Ragwater Revue / Press

"Ragwater Revue revs up right away like a shiny car, an early model heavy with chrome and designed for a showy, gutsy ride. Lady Viola slinks up in a feline way, swaying back and forth in an indolent gait set by gritty guitars and bass resurrected from the earliest, most humid days of rock's rebellion. Low-down saxophone and percussion add to the late-night mood, evocative of joyrides after midnight, seamed stockings and steamy dives... There's also something seedily satisfying and authentic about its lo-fi quality, echoing down slick, dark alleys."

Carolee - Gothic Beauty Magazine

"Like an escapee from a secret shadow lab where 1930s sideshow girls, '40s film-noir nightclub dames, and the criminal flip-side of '50s rockabilly queens were genetically blended, Lady Viola seems to be from another time and place. Viola fronts Ragwater Revue, an evolving ensemble that plays spookabilly and country blues for an accursed roadhouse eternally shrouded in fog. (This is where Large Marge, the ghost trucker from Pee-wee's Big Adventure, probably gets her whiskey kicks.) The band's song titles speak volumes: "Cemetery Sal", "Alligator Baby", "Glass Eye & a Leisure Suit", and on and on down the doomy line that runs between the graveyard and the swamp on Highway Zero. There's a schtick at work here, of course. But Viola & Co. keep the hijinks to a thankful minimum, preferring to perform the songs as straight as such stylized inventions can get. That doesn't mean you can't play along, though. I'm sure they'd be stoked if you dressed as Jo-Jo the Dog-Faced Boy for the night."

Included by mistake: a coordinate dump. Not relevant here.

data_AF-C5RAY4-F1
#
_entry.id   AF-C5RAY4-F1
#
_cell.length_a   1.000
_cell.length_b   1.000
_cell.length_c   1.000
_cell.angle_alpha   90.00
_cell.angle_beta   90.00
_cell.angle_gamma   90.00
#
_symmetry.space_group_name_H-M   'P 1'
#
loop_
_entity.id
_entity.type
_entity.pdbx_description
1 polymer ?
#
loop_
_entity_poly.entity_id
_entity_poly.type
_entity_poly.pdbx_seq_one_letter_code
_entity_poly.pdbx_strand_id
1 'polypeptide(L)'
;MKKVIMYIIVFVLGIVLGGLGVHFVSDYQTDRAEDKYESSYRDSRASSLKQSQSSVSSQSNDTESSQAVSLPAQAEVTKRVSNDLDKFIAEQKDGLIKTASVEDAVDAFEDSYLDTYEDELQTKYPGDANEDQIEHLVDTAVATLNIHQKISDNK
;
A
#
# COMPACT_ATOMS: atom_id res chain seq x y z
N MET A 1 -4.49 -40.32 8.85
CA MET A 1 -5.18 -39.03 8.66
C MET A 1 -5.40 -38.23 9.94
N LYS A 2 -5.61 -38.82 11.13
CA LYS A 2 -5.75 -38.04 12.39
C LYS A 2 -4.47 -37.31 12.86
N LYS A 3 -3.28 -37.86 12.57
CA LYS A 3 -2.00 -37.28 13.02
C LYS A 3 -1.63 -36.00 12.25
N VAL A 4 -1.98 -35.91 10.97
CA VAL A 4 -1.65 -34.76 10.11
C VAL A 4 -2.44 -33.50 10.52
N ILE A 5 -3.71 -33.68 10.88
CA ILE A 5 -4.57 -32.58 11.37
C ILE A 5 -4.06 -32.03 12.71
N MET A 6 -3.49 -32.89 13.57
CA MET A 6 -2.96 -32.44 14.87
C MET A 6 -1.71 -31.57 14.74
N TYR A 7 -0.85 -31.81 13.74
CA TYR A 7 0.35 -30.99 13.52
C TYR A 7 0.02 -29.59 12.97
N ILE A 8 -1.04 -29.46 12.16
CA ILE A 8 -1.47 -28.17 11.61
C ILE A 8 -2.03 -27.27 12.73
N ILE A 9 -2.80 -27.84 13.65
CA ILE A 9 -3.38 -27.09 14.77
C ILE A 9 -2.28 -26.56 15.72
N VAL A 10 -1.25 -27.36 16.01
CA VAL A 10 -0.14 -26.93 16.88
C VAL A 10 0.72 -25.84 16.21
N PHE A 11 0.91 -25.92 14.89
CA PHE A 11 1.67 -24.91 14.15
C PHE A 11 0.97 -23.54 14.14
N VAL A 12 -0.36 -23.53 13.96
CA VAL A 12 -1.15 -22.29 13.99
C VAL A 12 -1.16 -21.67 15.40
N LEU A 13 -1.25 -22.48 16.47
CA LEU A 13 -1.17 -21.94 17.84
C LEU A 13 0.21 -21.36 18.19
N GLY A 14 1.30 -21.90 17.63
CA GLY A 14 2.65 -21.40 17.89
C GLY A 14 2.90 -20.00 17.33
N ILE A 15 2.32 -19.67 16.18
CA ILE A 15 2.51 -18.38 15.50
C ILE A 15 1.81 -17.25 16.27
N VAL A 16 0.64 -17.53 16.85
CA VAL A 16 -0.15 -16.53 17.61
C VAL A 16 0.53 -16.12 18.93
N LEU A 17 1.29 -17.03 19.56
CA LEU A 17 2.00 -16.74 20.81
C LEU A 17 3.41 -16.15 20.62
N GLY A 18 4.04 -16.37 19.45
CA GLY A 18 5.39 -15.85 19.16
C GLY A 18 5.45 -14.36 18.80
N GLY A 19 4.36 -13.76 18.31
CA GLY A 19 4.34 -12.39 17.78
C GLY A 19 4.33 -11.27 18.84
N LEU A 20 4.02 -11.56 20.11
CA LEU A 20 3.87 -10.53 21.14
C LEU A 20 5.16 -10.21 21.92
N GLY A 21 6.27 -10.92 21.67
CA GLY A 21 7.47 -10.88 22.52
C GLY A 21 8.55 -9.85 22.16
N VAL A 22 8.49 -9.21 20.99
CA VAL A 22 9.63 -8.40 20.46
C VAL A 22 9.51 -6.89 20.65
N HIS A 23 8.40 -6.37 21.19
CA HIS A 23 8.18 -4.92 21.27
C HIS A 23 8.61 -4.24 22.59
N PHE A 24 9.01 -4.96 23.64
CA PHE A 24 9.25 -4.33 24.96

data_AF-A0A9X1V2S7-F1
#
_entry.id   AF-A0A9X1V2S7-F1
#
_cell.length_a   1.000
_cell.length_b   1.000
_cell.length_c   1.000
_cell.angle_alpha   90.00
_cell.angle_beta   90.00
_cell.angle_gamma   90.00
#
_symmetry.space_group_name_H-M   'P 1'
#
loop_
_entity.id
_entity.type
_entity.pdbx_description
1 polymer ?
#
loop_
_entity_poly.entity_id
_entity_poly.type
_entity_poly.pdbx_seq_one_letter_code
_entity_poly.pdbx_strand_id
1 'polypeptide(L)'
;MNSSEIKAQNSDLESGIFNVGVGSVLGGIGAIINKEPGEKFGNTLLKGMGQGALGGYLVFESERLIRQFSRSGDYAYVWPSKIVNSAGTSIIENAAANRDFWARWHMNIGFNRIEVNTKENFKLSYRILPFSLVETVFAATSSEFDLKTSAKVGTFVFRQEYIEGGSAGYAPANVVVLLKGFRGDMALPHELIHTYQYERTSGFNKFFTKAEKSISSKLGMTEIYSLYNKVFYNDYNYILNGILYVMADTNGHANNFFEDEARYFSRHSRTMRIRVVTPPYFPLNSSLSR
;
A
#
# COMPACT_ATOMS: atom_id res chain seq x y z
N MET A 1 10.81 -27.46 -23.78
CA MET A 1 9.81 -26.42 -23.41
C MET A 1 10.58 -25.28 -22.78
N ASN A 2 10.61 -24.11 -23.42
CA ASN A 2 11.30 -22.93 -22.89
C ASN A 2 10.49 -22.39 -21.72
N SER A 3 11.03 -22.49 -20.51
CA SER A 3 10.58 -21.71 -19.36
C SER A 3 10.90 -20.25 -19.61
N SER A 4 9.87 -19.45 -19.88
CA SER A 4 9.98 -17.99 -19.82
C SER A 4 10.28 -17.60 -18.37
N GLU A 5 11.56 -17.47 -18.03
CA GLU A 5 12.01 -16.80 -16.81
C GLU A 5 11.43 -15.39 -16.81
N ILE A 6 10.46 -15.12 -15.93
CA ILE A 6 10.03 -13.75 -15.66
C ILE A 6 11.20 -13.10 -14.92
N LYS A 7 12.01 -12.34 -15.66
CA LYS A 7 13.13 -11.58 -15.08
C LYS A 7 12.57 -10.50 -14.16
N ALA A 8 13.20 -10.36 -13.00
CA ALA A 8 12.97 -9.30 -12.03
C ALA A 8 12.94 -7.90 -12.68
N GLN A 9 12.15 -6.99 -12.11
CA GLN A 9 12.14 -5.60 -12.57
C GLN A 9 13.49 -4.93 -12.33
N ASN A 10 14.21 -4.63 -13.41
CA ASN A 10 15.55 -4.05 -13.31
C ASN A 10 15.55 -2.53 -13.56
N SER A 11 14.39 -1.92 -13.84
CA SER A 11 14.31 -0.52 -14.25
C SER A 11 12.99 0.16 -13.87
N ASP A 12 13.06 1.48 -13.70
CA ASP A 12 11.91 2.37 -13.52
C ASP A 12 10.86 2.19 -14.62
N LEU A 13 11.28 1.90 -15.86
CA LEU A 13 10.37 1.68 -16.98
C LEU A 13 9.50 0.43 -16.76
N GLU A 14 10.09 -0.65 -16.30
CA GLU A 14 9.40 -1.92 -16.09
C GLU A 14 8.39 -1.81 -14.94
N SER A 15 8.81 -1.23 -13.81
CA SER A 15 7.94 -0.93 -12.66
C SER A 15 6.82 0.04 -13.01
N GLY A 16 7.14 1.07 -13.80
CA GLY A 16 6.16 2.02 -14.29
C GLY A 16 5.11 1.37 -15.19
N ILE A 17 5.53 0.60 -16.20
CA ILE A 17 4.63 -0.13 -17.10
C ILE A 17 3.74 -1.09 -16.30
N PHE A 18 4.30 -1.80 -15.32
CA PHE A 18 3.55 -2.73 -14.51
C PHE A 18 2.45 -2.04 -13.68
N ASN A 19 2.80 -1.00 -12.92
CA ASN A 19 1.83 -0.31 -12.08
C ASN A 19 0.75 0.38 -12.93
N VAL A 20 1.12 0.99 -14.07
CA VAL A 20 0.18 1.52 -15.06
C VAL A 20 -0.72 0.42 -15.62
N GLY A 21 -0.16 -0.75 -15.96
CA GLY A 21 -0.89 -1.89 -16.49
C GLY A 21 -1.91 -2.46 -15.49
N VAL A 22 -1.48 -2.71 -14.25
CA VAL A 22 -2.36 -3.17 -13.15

J. Graham - San Francisco Bay Guardian

"Imagine an old seedy bar in the 1930s where women adorned in puffy mink shawls smoke using long Cruella DeVille-like cigarette extenders and dark-haired men in suits slowly tap their feet to some jazzy blues. Ragwater Revue would be the band on the stage."

Artsweek - California Aggie

"With songs that tell wild tales of alligator babies, glass eyes, and cemeteries, Ragwater Revue envelopes its listeners in a prohibition-era haze. The dirty blues band, who incorporate hints of rockabilly and jazz, is brand-spankin'-new to San Francisco, having just moved from Kansas City, Mo., last January. Songstress Lady Viola's gramophonelike vocal stylings fit perfectly with Kris Daniel's sleepy guitar work."

Fiore - SF Bay Guardian